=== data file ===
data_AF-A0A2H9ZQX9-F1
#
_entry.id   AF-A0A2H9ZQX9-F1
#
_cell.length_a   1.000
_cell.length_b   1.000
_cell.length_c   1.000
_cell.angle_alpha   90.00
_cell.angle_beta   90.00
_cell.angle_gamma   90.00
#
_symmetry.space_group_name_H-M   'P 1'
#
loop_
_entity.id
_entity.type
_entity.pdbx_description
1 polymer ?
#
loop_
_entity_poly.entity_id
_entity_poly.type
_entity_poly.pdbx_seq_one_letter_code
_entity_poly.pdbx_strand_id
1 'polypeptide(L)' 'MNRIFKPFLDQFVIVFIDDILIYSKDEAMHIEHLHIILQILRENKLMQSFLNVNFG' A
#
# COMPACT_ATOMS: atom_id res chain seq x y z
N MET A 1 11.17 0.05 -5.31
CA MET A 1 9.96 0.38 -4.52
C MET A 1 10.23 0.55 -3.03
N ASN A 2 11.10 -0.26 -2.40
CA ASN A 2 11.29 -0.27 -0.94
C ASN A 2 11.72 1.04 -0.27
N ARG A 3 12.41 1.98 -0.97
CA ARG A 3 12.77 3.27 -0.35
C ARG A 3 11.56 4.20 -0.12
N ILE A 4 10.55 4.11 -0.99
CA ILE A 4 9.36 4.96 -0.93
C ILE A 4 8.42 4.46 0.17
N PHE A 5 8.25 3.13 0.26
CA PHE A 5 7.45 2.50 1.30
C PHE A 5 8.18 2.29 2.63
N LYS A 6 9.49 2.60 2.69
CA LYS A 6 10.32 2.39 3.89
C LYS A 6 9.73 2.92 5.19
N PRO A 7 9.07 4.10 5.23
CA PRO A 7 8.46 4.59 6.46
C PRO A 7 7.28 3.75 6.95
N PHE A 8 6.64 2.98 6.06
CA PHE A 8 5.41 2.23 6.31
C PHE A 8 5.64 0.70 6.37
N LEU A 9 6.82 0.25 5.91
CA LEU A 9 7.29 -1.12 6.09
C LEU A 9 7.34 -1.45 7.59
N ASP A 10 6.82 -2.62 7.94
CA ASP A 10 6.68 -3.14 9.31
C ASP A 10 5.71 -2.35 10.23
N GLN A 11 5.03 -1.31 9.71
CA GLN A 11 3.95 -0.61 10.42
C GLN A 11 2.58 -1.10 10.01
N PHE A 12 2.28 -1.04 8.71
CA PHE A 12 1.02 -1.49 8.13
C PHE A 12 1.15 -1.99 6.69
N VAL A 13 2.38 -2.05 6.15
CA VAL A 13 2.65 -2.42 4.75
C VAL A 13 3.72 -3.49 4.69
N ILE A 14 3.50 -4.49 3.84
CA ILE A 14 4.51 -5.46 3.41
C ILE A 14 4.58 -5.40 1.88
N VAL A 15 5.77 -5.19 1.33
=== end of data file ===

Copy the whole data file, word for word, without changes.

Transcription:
data_AF-A0A2H9ZQX9-F1
#
_entry.id   AF-A0A2H9ZQX9-F1
#
_cell.length_a   1.000
_cell.length_b   1.000
_cell.length_c   1.000
_cell.angle_alpha   90.00
_cell.angle_beta   90.00
_cell.angle_gamma   90.00
#
_symmetry.space_group_name_H-M   'P 1'
#
loop_
_entity.id
_entity.type
_entity.pdbx_description
1 polymer ?
#
loop_
_entity_poly.entity_id
_entity_poly.type
_entity_poly.pdbx_seq_one_letter_code
_entity_poly.pdbx_strand_id
1 'polypeptide(L)' 'MNRIFKPFLDQFVIVFIDDILIYSKDEAMHIEHLHIILQILRENKLMQSFLNVNFG' A
#
# COMPACT_ATOMS: atom_id res chain seq x y z
N MET A 1 11.17 0.05 -5.31
CA MET A 1 9.96 0.38 -4.52
C MET A 1 10.23 0.55 -3.03
N ASN A 2 11.10 -0.26 -2.40
CA ASN A 2 11.29 -0.27 -0.94
C ASN A 2 11.72 1.04 -0.27
N ARG A 3 12.41 1.98 -0.97
CA ARG A 3 12.77 3.27 -0.35
C ARG A 3 11.56 4.20 -0.12
N ILE A 4 10.55 4.11 -0.99
CA ILE A 4 9.36 4.96 -0.93
C ILE A 4 8.42 4.46 0.17
N PHE A 5 8.25 3.13 0.26
CA PHE A 5 7.45 2.50 1.30
C PHE A 5 8.18 2.29 2.63
N LYS A 6 9.49 2.60 2.69
CA LYS A 6 10.32 2.39 3.89
C LYS A 6 9.73 2.92 5.19
N PRO A 7 9.07 4.10 5.23
CA PRO A 7 8.46 4.59 6.46
C PRO A 7 7.28 3.75 6.95
N PHE A 8 6.64 2.98 6.06
CA PHE A 8 5.41 2.23 6.31
C PHE A 8 5.64 0.70 6.37
N LEU A 9 6.82 0.25 5.91
CA LEU A 9 7.29 -1.12 6.09
C LEU A 9 7.34 -1.45 7.59
N ASP A 10 6.82 -2.62 7.94
CA ASP A 10 6.68 -3.14 9.31
C ASP A 10 5.71 -2.35 10.23
N GLN A 11 5.03 -1.31 9.71
CA GLN A 11 3.95 -0.61 10.42
C GLN A 11 2.58 -1.10 10.01
N PHE A 12 2.28 -1.04 8.71
CA PHE A 12 1.02 -1.49 8.13
C PHE A 12 1.15 -1.99 6.69
N VAL A 13 2.38 -2.05 6.15
CA VAL A 13 2.65 -2.42 4.75
C VAL A 13 3.72 -3.49 4.69
N ILE A 14 3.50 -4.49 3.84
CA ILE A 14 4.51 -5.46 3.41
C ILE A 14 4.58 -5.40 1.88
N VAL A 15 5.77 -5.19 1.33